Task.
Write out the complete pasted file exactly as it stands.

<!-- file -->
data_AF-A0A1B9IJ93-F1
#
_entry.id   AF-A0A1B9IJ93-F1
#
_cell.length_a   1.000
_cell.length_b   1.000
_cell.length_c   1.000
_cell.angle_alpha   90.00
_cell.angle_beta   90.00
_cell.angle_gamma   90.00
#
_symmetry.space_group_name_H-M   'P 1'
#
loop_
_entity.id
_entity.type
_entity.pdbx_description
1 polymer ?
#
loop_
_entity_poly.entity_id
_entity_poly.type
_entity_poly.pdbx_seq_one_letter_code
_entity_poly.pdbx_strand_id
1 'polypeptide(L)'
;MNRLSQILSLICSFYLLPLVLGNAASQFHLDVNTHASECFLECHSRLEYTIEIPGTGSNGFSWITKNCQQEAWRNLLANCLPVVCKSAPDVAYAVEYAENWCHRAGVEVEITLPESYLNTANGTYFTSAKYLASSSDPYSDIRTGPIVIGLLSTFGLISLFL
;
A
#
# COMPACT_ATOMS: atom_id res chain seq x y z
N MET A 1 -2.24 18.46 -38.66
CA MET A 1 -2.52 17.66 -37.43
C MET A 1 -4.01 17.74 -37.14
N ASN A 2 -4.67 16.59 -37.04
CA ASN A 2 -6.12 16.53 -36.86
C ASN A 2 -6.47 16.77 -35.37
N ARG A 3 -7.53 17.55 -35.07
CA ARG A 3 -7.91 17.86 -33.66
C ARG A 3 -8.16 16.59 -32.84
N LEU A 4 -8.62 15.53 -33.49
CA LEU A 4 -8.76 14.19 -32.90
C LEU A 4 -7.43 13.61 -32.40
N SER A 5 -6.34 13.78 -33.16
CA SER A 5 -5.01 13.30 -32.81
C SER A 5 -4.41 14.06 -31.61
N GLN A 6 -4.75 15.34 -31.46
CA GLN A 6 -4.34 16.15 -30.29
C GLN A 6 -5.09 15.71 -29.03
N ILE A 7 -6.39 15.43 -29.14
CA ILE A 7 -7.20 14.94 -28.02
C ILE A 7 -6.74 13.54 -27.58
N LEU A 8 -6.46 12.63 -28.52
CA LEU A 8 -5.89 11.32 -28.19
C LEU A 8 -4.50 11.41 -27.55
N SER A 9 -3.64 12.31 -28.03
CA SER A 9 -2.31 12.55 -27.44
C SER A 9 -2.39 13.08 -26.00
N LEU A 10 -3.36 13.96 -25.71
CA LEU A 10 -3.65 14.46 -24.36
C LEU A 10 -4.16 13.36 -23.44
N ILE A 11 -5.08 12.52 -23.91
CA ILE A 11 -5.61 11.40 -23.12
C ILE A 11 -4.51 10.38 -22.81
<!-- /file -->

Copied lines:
data_AF-A0A1B9IJ93-F1
#
_entry.id   AF-A0A1B9IJ93-F1
#
_cell.length_a   1.000
_cell.length_b   1.000
_cell.length_c   1.000
_cell.angle_alpha   90.00
_cell.angle_beta   90.00
_cell.angle_gamma   90.00
#
_symmetry.space_group_name_H-M   'P 1'
#
loop_
_entity.id
_entity.type
_entity.pdbx_description
1 polymer ?
#
loop_
_entity_poly.entity_id
_entity_poly.type
_entity_poly.pdbx_seq_one_letter_code
_entity_poly.pdbx_strand_id
1 'polypeptide(L)'
;MNRLSQILSLICSFYLLPLVLGNAASQFHLDVNTHASECFLECHSRLEYTIEIPGTGSNGFSWITKNCQQEAWRNLLANCLPVVCKSAPDVAYAVEYAENWCHRAGVEVEITLPESYLNTANGTYFTSAKYLASSSDPYSDIRTGPIVIGLLSTFGLISLFL
;
A
#
# COMPACT_ATOMS: atom_id res chain seq x y z
N MET A 1 -2.24 18.46 -38.66
CA MET A 1 -2.52 17.66 -37.43
C MET A 1 -4.01 17.74 -37.14
N ASN A 2 -4.67 16.59 -37.04
CA ASN A 2 -6.12 16.53 -36.86
C ASN A 2 -6.47 16.77 -35.37
N ARG A 3 -7.53 17.55 -35.07
CA ARG A 3 -7.91 17.86 -33.66
C ARG A 3 -8.16 16.59 -32.84
N LEU A 4 -8.62 15.53 -33.49
CA LEU A 4 -8.76 14.19 -32.90
C LEU A 4 -7.43 13.61 -32.40
N SER A 5 -6.34 13.78 -33.16
CA SER A 5 -5.01 13.30 -32.81
C SER A 5 -4.41 14.06 -31.61
N GLN A 6 -4.75 15.34 -31.46
CA GLN A 6 -4.34 16.15 -30.29
C GLN A 6 -5.09 15.71 -29.03
N ILE A 7 -6.39 15.43 -29.14
CA ILE A 7 -7.20 14.94 -28.02
C ILE A 7 -6.74 13.54 -27.58
N LEU A 8 -6.46 12.63 -28.52
CA LEU A 8 -5.89 11.32 -28.19
C LEU A 8 -4.50 11.41 -27.55
N SER A 9 -3.64 12.31 -28.03
CA SER A 9 -2.31 12.55 -27.44
C SER A 9 -2.39 13.08 -26.00
N LEU A 10 -3.36 13.96 -25.71
CA LEU A 10 -3.65 14.46 -24.36
C LEU A 10 -4.16 13.36 -23.44
N ILE A 11 -5.08 12.52 -23.91
CA ILE A 11 -5.61 11.40 -23.12
C ILE A 11 -4.51 10.38 -22.81